Today, in NeurONN Lecture Series, we welcome Prof. Kerem Camsari, UC Santa Barbara. His talk will be on Massively Parallel Probabilistic Computing with p-bits
Title: Massively Parallel Probabilistic Computing with p-bits
Abstract: The slowing down of Moore’s Law has led to a crisis as the computing workloads of Artificial Intelligence (AI) algorithms continue skyrocketing. There is an urgent need for scalable, energy-efficient hardware catering to the unique requirements of AI algorithms and applications. In this environment, probabilistic computing (p-computing) with p-bits  has emerged as a scalable, domain-specific and energy-efficient computing paradigm, particularly useful for probabilistic applications and algorithms.
In this talk, I will describe two general applications of p-computing: optimization and learning as problems relevant to Machine Learning and AI. I will talk about recent and representative [2-3] experiments illustrating how both problems can be efficiently addressed by a suitably modified magnetoresistive random access memory (MRAM) technology. I will then show standard silicon-based implementations of p-computing applied to practical optimization problems in large scale  to stress why nanodevice-based implementations of p-computing is a crucially needed ingredient.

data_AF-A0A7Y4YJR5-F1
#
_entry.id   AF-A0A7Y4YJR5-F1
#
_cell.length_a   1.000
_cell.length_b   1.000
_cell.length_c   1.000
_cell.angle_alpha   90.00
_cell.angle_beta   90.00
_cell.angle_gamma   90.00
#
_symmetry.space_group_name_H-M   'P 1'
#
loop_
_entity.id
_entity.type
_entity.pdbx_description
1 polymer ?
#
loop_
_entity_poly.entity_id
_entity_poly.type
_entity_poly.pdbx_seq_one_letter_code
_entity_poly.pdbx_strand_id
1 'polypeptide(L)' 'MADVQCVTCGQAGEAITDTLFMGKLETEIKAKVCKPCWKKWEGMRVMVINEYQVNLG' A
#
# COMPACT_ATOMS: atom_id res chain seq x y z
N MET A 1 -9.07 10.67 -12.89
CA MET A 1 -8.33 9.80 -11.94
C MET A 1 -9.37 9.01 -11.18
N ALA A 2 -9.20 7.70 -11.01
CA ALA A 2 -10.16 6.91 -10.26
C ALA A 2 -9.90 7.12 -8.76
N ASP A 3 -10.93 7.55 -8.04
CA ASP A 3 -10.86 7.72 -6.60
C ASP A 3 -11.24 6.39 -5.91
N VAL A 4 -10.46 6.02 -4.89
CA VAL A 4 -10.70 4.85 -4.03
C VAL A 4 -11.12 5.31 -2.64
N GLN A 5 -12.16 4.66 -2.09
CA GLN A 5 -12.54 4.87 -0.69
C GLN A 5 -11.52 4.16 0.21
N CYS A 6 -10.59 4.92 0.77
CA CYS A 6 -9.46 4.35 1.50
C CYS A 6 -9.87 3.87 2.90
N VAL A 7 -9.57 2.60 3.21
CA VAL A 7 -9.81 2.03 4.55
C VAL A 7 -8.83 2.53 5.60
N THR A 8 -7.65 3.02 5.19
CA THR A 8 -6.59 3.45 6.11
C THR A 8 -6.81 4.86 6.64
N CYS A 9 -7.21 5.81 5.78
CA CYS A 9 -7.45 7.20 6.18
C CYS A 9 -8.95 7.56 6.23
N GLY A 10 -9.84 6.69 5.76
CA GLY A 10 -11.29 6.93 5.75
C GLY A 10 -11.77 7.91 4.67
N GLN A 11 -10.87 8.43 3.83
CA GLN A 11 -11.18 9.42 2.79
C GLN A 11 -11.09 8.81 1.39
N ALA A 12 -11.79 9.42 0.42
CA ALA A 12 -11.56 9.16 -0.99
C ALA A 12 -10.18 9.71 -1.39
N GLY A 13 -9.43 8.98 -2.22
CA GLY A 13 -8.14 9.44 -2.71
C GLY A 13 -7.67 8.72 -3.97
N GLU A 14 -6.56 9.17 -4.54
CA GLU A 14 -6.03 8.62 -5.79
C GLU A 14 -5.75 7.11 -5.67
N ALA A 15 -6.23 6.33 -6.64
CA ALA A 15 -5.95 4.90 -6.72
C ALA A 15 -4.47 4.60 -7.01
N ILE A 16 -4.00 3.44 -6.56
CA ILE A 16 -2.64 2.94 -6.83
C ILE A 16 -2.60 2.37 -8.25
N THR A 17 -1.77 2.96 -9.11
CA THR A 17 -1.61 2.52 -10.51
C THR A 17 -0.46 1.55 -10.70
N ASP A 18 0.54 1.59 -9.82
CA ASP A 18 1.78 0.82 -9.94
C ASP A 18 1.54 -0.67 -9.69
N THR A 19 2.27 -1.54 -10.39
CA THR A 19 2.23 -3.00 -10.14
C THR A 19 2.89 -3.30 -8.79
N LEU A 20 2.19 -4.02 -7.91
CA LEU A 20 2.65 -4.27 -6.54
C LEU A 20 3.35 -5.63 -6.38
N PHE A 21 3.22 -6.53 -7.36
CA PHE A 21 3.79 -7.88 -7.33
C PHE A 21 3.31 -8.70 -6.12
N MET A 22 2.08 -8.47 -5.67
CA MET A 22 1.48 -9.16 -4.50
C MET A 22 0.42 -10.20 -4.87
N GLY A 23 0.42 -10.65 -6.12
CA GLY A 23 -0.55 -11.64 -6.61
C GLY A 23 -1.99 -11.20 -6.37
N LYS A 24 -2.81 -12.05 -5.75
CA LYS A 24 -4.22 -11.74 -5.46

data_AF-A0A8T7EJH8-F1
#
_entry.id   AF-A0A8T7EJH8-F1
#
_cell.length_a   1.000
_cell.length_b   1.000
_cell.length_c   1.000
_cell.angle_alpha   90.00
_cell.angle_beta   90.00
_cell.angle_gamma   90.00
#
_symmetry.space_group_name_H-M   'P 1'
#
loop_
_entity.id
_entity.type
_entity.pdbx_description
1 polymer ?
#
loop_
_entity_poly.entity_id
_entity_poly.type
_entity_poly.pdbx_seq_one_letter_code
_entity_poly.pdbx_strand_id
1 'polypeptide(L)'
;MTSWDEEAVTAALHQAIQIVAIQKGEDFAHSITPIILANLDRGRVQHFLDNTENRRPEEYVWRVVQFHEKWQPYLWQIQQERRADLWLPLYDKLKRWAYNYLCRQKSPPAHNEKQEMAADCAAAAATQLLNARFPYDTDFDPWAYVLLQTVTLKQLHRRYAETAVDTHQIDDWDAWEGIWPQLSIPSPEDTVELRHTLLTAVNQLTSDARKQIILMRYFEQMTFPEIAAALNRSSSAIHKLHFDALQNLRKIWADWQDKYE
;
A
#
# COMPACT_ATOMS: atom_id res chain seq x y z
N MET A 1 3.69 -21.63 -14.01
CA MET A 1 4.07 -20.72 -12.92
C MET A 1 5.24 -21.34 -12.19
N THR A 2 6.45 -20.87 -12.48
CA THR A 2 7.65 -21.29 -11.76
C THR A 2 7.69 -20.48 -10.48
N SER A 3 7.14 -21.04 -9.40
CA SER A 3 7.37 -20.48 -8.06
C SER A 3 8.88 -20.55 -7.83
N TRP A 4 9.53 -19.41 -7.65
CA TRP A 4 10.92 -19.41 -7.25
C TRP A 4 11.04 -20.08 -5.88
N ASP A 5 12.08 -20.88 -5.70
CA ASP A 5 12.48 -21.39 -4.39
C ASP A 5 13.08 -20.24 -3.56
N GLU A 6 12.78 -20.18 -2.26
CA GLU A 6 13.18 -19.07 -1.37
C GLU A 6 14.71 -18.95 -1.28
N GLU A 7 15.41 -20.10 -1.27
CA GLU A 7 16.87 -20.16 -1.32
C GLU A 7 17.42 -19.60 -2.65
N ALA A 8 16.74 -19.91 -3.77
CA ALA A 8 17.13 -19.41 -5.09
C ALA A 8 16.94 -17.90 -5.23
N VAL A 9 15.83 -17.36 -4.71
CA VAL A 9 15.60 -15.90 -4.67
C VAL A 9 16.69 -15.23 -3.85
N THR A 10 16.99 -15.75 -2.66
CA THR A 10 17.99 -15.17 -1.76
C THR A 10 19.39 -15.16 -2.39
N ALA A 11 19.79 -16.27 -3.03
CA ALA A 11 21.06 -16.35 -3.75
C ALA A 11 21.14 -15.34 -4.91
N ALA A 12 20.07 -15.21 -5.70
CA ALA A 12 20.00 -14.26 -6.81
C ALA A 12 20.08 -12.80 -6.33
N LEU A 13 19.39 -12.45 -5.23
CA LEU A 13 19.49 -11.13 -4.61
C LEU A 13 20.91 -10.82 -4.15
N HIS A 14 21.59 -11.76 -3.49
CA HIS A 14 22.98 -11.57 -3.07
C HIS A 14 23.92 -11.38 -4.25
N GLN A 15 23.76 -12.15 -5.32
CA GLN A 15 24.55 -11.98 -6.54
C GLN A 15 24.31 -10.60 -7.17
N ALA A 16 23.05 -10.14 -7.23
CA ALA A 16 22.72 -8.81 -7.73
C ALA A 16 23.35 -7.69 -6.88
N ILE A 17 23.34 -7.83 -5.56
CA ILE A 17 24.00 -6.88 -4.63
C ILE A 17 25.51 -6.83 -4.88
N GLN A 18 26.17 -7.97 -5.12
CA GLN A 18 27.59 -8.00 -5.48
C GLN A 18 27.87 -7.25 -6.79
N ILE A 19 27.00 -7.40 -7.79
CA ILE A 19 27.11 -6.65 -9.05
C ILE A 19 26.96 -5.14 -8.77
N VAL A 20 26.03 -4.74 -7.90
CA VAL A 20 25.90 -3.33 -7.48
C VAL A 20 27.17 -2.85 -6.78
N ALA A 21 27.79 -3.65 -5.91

Camsari, Kerem, et al. “Stochastic p-bits for invertible logic.” Physical Review X (2017)
 Borders, William A., et al. “Integer factorization using stochastic magnetic tunnel junctions.” Nature (2019)
 Aadit, Navid Anjum, et al. “Massively Parallel Probabilistic Computing with Sparse Ising Machines.” Nature Electronics (2022)
Presenter: Professor Kerem Camsari, UC Santa Barbara
Kerem Camsari received his PhD in Electrical and Computer Engineering from Purdue University in 2015, where he continued on as a post-doctoral researcher between 2015 and 2020 before joining the department of Electrical and Computer Engineering in UC Santa Barbara in 2020. He is a founding member of the Technical Committee on Quantum, Neuromorphic and Unconventional Computing within the IEEE Nanotechnology Council where he leads the unconventional computing section. He has received the IEEE Magnetics Society Early Career Award and an Office of Naval Research Young Investigator Award for his work on probabilistic computing. He is a senior member of the IEEE.